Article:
Christina Rakow, MS, CCC-SLP
Early Childhood Evaluations
Anne Piper, MA, CCC-SLP
Celia Hays Elementary
Dee Dee Fix, MS, CCC-SLP
Billie Stevenson Elementary
Lupe Garcia Elementary
Emma McDaniel, MCD, CCC-SLP
Utley Middle School
Williams Middle School
Izzy Nicholson, MS, SLP-Intern
Grace Hartman Elementary
Jennifer Jennings, MS, CCC-SLP
Dorothy Smith Pullen Elementary
Jennifer Wheat, MS, CCC-SLP
Cain Middle School
Johanna Pershin, MS, CCC-SLP
Linda Lyon Elementary
Kallie Knight, MS, CCC-SLP
Dorris A. Jones Elementary
Kara Bradford, MS, CCC-SLP
Grace Hartman Elementary - CHAT
Kendell Tallas, MA, CCC-SLP
Virginia Reinhardt Elementary
Leslie Noble, MS, CCC-SLP
Amy Parks-Heath Elmentary
Lindsay Scott, MS, CCC-SLP
Doris Cullins-Lake Point Elementary
Mackenzie Perez, MS, CCC-SLP
Amanda Rochell Elementary
Megan Gorena, MS, CCC-SLP
Sharon Shannon Elementary
Melissa Small, BBS, SLP-Assistant
Mike Hassan, MS, CCC-SLP
Billie Stevenson Elementary
Pam Sharp, MA, CCC-SLP
Ouida Springer Elementary
Rachel Bahl, BS, SLP-Intern
Howard Dobbs Elementary
Rachel Daniels, MS, CCC-SLP
Sherry and Paul Hamm Elementary
Shauna Hawkins, MS, CCC-SLP
Rockwall High School
Rockwall Heath High School
Susan Newhouse, MS, CCC-SLP
Nebbie Williams Elementary
What is a Speech Language Pathologist (SLP)?
A Speech-Language Pathologist is a licensed professional who evaluates, plans intervention programs (IEP goals/objectives), and provides remediation through therapy for speech/language disorders.
A school based SLP provides services that include: collaboration with parents, teachers and other professionals, comprehensive full and individual evaluations and report writing, case management, and intervention/remediation of speech/language disorders for students identified as having a Speech Impairment.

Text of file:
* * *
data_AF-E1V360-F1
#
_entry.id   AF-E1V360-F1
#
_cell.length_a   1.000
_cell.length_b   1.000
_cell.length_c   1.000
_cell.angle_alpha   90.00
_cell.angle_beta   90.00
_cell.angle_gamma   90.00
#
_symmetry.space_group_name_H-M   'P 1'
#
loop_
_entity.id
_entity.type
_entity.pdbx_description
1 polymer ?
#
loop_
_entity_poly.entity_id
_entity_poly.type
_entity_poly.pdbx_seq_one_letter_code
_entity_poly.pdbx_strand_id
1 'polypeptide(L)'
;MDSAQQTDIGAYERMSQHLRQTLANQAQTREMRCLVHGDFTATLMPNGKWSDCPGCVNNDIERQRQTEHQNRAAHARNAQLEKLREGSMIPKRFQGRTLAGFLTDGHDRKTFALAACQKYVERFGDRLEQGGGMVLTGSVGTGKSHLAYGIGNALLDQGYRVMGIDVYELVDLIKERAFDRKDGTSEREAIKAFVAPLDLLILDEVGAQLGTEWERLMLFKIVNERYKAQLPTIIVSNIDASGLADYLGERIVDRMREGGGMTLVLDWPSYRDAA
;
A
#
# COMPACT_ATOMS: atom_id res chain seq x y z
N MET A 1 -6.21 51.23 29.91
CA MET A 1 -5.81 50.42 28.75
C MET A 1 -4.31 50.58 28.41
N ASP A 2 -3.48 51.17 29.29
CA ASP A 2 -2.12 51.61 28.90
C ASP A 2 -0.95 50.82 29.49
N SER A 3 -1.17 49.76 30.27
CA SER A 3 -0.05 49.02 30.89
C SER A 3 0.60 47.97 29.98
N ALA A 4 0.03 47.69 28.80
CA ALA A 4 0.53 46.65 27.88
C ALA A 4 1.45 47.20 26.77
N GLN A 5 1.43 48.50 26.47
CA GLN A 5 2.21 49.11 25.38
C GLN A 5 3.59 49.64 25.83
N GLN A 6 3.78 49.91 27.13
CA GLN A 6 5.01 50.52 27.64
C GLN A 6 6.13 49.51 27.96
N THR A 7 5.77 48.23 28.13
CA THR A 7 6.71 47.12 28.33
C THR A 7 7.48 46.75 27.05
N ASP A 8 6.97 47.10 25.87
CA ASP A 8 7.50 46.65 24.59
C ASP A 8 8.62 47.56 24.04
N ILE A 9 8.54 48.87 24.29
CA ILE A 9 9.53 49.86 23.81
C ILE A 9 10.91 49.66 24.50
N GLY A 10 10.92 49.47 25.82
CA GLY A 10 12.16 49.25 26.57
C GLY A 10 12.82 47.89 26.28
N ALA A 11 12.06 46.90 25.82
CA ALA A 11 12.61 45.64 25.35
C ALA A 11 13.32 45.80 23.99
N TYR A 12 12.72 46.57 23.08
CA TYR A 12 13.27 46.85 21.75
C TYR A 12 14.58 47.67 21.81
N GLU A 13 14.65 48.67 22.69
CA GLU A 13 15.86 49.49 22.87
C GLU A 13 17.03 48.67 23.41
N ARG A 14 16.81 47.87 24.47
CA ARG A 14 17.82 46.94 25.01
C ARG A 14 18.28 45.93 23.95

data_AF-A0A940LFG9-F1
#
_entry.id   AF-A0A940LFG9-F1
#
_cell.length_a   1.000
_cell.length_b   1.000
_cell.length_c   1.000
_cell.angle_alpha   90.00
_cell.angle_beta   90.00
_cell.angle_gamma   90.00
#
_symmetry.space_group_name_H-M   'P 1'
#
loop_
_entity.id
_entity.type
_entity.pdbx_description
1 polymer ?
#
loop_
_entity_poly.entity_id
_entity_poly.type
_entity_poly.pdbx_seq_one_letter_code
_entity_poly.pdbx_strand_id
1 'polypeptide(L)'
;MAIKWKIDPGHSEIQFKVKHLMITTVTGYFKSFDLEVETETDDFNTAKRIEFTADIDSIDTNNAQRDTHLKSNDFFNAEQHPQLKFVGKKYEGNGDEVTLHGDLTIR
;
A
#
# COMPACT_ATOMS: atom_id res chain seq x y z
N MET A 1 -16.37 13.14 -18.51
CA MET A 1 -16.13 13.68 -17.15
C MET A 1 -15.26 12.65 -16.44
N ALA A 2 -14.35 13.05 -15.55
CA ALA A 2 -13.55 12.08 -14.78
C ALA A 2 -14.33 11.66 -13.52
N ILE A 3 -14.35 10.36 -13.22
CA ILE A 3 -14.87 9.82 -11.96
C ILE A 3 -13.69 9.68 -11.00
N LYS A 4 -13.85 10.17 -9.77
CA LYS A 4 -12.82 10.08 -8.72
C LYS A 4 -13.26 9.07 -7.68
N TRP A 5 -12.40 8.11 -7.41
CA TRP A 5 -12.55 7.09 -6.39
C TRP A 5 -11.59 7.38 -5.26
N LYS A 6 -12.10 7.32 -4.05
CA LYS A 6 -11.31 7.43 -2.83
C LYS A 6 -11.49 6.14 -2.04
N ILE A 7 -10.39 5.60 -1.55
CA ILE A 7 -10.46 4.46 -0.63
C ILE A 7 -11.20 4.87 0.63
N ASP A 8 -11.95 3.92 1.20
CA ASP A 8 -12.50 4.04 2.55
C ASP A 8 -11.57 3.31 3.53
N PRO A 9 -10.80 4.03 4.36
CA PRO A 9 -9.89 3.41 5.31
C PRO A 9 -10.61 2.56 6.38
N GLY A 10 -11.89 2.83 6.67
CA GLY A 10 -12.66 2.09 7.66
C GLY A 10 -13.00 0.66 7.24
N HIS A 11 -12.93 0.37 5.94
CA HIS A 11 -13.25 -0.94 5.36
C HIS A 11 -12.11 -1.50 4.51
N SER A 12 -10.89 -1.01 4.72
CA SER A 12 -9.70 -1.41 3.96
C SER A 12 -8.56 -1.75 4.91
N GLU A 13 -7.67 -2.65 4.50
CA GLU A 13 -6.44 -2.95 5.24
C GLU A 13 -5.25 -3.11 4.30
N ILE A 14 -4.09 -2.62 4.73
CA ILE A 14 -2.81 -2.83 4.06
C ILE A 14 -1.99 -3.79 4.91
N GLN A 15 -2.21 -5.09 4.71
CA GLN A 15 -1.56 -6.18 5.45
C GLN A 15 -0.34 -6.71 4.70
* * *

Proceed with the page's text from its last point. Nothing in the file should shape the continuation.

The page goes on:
For more information from the American Speech-Language-Hearing Association (ASHA) click here.
For more information from the Texas Department of Licensing and Regulation (TDLR) click here.
What is a Speech/Language Disorder?
A speech disorder is an impairment of speech sound production (articulation), fluency, and/or voice.
Articulation is how we make speech sounds using the mouth, lips, and tongue. Phonological processes are the patterns of sound errors, such as leaving the sound off the end of words.
For more information about typically developing speech sounds
CLICK HERE for ages of acquisition for boys
CLICK HERE for ages of acquisition for girls
CLICK HERE for how to produce speech sounds
Voice refers to how we use our vocal folds and breath to make sounds. The pitch of our voice can be high/low or loud/soft.
Fluency refers to rhythm and pausing used while speaking. Stuttering is when then fluency of speech is disrupted by sound/word/phrase repetitions, blocks, and/or secondary characteristics.
CLICK HERE for strategies to reduce stuttering
A language disorder is impaired understanding of spoken words and/or impaired use of spoken words.
Receptive language is how we understand what words mean. Expressive language is how we use gestures, signs, and/or words to communicate with others. Pragmatic Language refers to how a child understands and uses language socially.
For more information about language development
ages 3 to 4 years CLICK HERE FOR ENGLISH
edades 3-4 años PRECIONEN AQUÍ PARA ESPAÑOL
ages 4 to 5 years CLICK HERE FOR ENGLISH
edades 4-5 años PRECIONEN AQUÍ PARA ESPAÑOL
At what age is speech therapy provided to children in public schools?
Ages 3 years through 21 years
Licensed SLPs are available on every Rockwall ISD campus and provide a continuum of support for students identified as Speech Impaired. These supports may be delivered in a special education and/or general education classroom in a direct and/or consultative manner.
How is a student eligible for Special Education speech therapy services?
Typically, children who meet the TEA eligibility criteria as having a Speech Impairment are eligible for speech therapy services. Speech/language impairment means a communication disorder, such as stuttering, impaired articulation, a language impairment, or a voice impairment, that adversely affects a child’s educational performance. Code of Federal Regulations § 300.8 (c) (11) Child with a disability. Please consult your school SLP for more information.